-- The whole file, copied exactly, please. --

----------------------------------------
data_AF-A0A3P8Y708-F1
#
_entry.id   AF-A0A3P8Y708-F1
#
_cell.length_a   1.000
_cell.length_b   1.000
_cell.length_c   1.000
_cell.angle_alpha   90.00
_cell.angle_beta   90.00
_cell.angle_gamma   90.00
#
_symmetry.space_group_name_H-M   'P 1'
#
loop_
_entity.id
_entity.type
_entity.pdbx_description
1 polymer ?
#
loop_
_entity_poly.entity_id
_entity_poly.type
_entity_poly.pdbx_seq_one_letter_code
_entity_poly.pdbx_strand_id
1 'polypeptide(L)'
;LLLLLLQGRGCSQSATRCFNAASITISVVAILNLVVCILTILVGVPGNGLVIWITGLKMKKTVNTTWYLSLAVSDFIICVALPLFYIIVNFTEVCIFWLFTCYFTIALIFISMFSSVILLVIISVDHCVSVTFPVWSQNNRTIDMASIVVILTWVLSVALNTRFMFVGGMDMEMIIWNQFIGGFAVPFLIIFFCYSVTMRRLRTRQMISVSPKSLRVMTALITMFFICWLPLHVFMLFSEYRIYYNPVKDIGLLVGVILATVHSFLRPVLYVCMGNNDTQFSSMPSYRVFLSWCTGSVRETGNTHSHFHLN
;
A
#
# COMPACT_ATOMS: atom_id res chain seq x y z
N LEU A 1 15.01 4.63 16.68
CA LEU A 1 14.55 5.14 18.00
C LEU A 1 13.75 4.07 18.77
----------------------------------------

data_AF-A0A3P8Y708-F1
#
_entry.id   AF-A0A3P8Y708-F1
#
_cell.length_a   1.000
_cell.length_b   1.000
_cell.length_c   1.000
_cell.angle_alpha   90.00
_cell.angle_beta   90.00
_cell.angle_gamma   90.00
#
_symmetry.space_group_name_H-M   'P 1'
#
loop_
_entity.id
_entity.type
_entity.pdbx_description
1 polymer ?
#
loop_
_entity_poly.entity_id
_entity_poly.type
_entity_poly.pdbx_seq_one_letter_code
_entity_poly.pdbx_strand_id
1 'polypeptide(L)'
;LLLLLLQGRGCSQSATRCFNAASITISVVAILNLVVCILTILVGVPGNGLVIWITGLKMKKTVNTTWYLSLAVSDFIICVALPLFYIIVNFTEVCIFWLFTCYFTIALIFISMFSSVILLVIISVDHCVSVTFPVWSQNNRTIDMASIVVILTWVLSVALNTRFMFVGGMDMEMIIWNQFIGGFAVPFLIIFFCYSVTMRRLRTRQMISVSPKSLRVMTALITMFFICWLPLHVFMLFSEYRIYYNPVKDIGLLVGVILATVHSFLRPVLYVCMGNNDTQFSSMPSYRVFLSWCTGSVRETGNTHSHFHLN
;
A
#
# COMPACT_ATOMS: atom_id res chain seq x y z
N LEU A 1 15.01 4.63 16.68
CA LEU A 1 14.55 5.14 18.00
C LEU A 1 13.75 4.07 18.77